On to the Next Presidency

Thoughts in and around geopolitics.

By: George Friedman

It’s now clear that Joe Biden will become the 46th president of the United States. 

There are many who believe he stole the election, but then post-election allegations of corruption are commonplace. 

There are those who believe George W. Bush stole the 2000 election, which was decided by a Supreme Court whose majority was selected by Republican presidents. Some Democrats called it a Republican coup. 

John F. Kennedy won his election against Richard Nixon by what many charged was the graveyard vote in Chicago. I can name many more, valid or not. As Ecclesiastes says, there is nothing new under heaven.

The only difference is in our memories. We forget what was and believe that nothing so terrible ever existed before. Yeah, it did. John Quincy Adams and Andrew Jackson are still duking it out in the afterlife over who stole the election of 1824. 

I am pretty sure it was rigged. The country survives corruption and the claim of corruption all the time. Perhaps the illusion that the battle is unprecedented moves us along. 

I find it charming that we can think this is the time that tries men’s souls. Our trials may try our sense of perspective, but not our souls.

But it is time to move on to a Biden presidency. It is an exciting time for all the Democrats who have worked closely with him as they jockey for jobs in the administration. 

Since most jobs in government are painful at best, with little power and enemies stalking you at all times, the eagerness to serve is admirable. But what truly entices them is the idea that they will have power. 

It is an interesting idea, since even the president has little power. Certainly, he can demand an outstanding tee time and get really cool acts at the inaugural ball, but the ability to shape the country, let alone the world, is elusive. The world shapes the president, not the other way around.

Biden is coming into office with plans and principles in which the world blesses him for his wisdom and the public for his lightening the burden they are suffering from. Every new president looks at Mount Rushmore to see if there is any room left for them. 

They forget that Washington had to cope with the Whiskey Rebellion, Jefferson with the French, Lincoln with the Civil War and Teddy Roosevelt with robber barons gone wild. They did OK, but they did not set the agenda for the presidency. Reality set the agenda, and they served it.

Donald Trump likewise came into the presidency with many plans. He had not planned on COVID-19, a disease that came to define his administration. Barack Obama planned to dramatically change the relationship with the Islamic world and end the wars raging in the region. 

He didn’t manage to make much headway – and even started another war with Libya. George W. Bush never imagined that his presidency would involve invading Afghanistan and Iraq after an inconceivable suicide attack. Undoubtedly Bill Clinton did not expect to go to war over Kosovo.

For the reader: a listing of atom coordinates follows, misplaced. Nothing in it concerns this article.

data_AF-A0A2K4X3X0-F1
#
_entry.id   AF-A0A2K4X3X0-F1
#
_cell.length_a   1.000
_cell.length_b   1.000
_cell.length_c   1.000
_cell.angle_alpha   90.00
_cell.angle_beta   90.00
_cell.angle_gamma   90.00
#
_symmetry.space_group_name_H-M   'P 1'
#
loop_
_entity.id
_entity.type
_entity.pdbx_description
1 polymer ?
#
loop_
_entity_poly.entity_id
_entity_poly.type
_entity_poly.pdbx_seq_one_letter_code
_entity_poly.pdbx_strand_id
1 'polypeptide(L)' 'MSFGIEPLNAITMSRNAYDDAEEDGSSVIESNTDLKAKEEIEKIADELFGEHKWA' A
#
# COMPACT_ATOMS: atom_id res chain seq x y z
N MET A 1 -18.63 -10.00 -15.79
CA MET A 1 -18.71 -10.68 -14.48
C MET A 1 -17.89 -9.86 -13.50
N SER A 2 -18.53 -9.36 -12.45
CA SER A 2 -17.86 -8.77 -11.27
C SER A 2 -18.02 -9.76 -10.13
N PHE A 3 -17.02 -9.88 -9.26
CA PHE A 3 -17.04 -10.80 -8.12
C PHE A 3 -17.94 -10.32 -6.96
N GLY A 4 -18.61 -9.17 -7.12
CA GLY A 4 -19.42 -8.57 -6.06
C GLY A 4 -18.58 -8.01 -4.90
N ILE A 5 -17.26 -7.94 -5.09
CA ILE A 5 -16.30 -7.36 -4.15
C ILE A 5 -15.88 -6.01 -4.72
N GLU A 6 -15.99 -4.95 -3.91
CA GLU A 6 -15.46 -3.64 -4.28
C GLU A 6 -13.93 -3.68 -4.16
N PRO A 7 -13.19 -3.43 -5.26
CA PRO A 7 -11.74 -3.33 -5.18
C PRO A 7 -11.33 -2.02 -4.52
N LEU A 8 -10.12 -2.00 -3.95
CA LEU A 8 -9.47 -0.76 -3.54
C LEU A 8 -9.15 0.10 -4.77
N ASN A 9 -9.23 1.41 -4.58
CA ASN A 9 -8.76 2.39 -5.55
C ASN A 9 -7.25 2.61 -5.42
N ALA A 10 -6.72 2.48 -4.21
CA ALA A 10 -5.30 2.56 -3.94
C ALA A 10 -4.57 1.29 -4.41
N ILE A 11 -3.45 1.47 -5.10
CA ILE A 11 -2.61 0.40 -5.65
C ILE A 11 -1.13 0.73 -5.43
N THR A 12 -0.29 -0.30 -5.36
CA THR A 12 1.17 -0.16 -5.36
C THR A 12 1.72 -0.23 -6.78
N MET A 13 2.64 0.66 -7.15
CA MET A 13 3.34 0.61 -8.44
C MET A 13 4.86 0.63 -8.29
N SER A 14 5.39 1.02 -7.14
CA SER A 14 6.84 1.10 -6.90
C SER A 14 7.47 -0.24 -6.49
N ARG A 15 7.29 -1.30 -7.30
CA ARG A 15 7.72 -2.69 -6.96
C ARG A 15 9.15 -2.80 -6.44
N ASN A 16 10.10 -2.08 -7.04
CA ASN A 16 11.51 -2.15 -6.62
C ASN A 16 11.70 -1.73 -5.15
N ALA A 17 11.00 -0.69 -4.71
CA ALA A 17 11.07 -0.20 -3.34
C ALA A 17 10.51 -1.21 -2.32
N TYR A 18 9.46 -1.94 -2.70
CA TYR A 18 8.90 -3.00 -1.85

As for George H.W. Bush, the idea that he would deal with the collapse of communism, followed by a full-scale war with Iraq over Kuwait, would have cracked him up had someone mentioned it as a possibility.

The last five presidents before Biden, just like the heads on Rushmore and all the rest of this curious breed, took office with the promise and the belief that they could preside over a country that was peaceful and prosperous. 

And they all had plans for making it this way. Some succeeded, but it was rarely because the world in which they expected to govern would be anything like the world they faced. Reality always ruthlessly redefined their plans.

We know some things we think will shape the Biden presidency. About half the country is hostile to him, and half of those believe he stole the election. The COVID-19 crisis will subside as vaccinations come to market, but the economy will still be deeply strained. 

We do not know whether the end of the pandemic will change the economy for better or worse. 

We know that the rest of the world believes that the end of the Trump administration will create a new world in which only good things will happen, and it’ll be shocked when it encounters the same old world.

Presidents can’t account for the unexpected – a pandemic, the intractability of events that should be tractable, the terrorist attack, the random war, the collapse of communism. 

Each of these defined a recent presidency, and each of these left the endless briefing books and slide decks awaiting their insertion in the useless hall of fame.

The election is over, but the mutual recriminations and rage continue. So far we are on course. A president committed to doing only good things and avoiding bad things has been elected. Check. 

He has a set of problems he will solve. Got it. 

And he hopes to be the first president whose intentions will align with reality throughout his term. 

Houston, we have a problem.

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